TOKYO/HONG KONG (Reuters) – Japan’s Nomura Holdings has reached a deal to buy the Asian operations of Lehman Brothers, a source said on Monday, outbidding other banks seeking to scoop up Lehman’s Asia group on the cheap.
The source, who had direct knowledge of the deal, did not say how much it was worth, nor did he say if certain Lehman units were excluded from the agreement.
Lehman Brothers last week filed for bankruptcy protection after collapsing from exposure to risky subprime mortgage securities. British Bank Barclays struck a $1.75 billion deal to rescue Lehman’s core U.S. investment banking business, and signaled it might do the same for other units. The fate of Lehman’s 3,000 employees in Asia remained unclear until Monday.
A source with knowledge of the matter told Reuters that Standard Chartered was also interested in Lehman’s Asian assets. Barclays was interested in parts of Lehman’s European equities and equity capital markets businesses.
Lehman, once the fourth-biggest U.S. investment bank, filed the largest ever U.S. bankruptcy case after collapsing from exposure to risky securities backed by subprime mortgages.
Lehman’s net revenue from Asia-Pacific in January-June was $1.4 billion, nearly matching the whole of 2006 and accounting for roughly 20 percent of the bank’s overall revenues.
Nomura executives visited Hong Kong over the weekend to propose buying Lehman’s flagship stockbroking and investment banking divisions in Asia, according to the sources, who asked not to be identified as the information is not public.
“Nomura’s proposals are the most competitive and put it in the leading position,” one of the sources said. The sources declined to be identified due to the sensitivity of the issue.
Wataru Kasatani, senior financial analyst at Meiji Dresdner Asset Management, said Nomura has been aiming to expand its investment banking business globally.
“Nomura’s global hub for this business is London, rather than New York, so bidding for Lehman’s European operation makes sense,” he said. “Lehman’s Asia operation will also add value to what Nomura has been doing in Asia.”
A source close to the matter said separately that Samsung Securities officials were also in Hong Kong over the weekend to discuss investing in Lehman’s Asian operations.
Lehman has around 3,000 employees in Asia in 10 offices, with roughly 1,300 in Tokyo and 800 in Hong Kong.
The Tokyo office has a large fixed income group, while Hong Kong mainly houses M&A, equity capital and debt capital bankers. In Singapore, Lehman employs 250, mostly focused on commodities and trading.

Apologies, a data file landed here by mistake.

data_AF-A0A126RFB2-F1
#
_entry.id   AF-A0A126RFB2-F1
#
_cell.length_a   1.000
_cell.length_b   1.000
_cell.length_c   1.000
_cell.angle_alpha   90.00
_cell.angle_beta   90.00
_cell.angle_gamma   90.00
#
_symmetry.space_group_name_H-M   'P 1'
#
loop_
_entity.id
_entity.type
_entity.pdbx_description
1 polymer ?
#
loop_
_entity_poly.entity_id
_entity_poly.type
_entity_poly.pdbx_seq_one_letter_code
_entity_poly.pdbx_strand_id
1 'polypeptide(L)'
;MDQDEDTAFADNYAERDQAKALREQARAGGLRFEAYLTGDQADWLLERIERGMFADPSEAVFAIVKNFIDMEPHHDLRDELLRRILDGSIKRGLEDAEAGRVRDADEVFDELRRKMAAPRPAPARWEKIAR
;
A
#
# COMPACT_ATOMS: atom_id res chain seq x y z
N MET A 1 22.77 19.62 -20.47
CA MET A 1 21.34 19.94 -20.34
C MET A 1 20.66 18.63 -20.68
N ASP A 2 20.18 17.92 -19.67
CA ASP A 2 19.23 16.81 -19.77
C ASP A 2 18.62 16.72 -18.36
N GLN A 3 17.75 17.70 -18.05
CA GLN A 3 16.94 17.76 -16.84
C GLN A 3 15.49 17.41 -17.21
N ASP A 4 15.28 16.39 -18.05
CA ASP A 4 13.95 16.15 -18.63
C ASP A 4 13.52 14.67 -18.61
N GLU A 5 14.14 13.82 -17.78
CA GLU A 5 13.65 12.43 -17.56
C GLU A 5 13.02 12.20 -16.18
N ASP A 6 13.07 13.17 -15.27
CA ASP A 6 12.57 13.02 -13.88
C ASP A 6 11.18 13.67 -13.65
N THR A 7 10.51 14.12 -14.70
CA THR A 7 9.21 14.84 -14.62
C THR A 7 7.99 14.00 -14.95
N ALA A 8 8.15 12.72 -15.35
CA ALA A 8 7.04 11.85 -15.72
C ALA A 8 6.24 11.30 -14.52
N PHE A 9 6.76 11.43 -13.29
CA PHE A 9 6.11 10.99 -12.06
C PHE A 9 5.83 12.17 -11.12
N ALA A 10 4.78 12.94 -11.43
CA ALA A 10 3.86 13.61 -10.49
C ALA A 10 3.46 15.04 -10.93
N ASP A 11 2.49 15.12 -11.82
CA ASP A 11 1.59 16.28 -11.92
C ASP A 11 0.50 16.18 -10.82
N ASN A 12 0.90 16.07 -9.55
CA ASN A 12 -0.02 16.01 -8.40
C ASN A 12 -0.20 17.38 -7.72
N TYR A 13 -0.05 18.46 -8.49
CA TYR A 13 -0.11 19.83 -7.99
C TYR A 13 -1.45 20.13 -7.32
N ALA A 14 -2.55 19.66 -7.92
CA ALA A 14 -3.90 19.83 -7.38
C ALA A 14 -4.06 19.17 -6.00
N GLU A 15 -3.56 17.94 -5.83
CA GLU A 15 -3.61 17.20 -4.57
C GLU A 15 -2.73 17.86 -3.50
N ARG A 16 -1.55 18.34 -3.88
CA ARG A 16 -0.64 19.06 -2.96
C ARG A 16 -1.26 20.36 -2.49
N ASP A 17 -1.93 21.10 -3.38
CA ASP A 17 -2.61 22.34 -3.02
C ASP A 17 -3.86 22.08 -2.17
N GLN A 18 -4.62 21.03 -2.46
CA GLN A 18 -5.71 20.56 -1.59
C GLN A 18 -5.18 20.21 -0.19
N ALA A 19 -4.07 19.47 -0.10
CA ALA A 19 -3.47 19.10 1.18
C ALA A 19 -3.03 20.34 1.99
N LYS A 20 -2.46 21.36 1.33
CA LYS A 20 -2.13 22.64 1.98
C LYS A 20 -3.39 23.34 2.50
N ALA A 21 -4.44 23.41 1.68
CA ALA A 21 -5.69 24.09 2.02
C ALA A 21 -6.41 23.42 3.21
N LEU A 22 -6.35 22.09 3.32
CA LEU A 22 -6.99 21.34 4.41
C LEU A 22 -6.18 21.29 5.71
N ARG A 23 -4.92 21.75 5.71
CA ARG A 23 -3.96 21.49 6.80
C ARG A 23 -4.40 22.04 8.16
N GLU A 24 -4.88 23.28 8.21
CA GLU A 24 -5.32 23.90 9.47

Lehman ranks 2nd behind JPMorgan in year to date M&A rankings in Asia ex Japan, with 15 deals worth a total $32 billion, according to Thomson Reuters.
Shares in Nomura, regarded as a domestic powerhouse, rose 8 percent in Tokyo on Monday, and CITIC jumped 10 percent in Shanghai. In Seoul, Samsung Securities added 1 percent, outperforming a 0.6 percent gain on the broader index
Last week, an unsourced Business Standard report said Indian outsourcing firms Wipro Technologies, and Copal Partners may bid for Lehman’s Indian back-office unit, which employs 1,200 staff providing equity research and analytics support for its M&A business.
Lehman hired investment bank Rothschild to advise it on the sale of its Asia operations, a person with direct knowledge of the sale process told Reuters on Friday.
KPMG was also involved in the talks after being appointed as provisional liquidator to Lehman’s Hong Kong operations.
On Sunday, more than 100 angry Hong Kong investors, many of them elderly retirees, marched on government offices, calling for action after losing money on structured products linked to Lehman. They accused the government and local banks of failing to warn them of the risks involved.
PricewaterhouseCoopers is acting as administrator for Lehman’s European business, and is expected to move quickly as delays would cause Lehman to lose customers and staff.
British Prime Minister Gordon Brown said on Saturday he was pushing the United States to help get $8 billion from Lehman to its staff in Britain.
Administrators winding up Lehman’s European business have questioned why that amount was transferred to New York just before the bank collapsed. There have been fears among Lehman’s 4,500 staff in London they may not get their final pay packets.
By Emi Emoto and Michael Flaherty
(Additional reporting by Emi Emoto, David Dolan and Taro Fuse in TOKYO, Jeffrey Hodgson in HONG KONG and Angela Moon in SEOUL, Writing by Ian Geoghegan; Editing by Jean Yoon)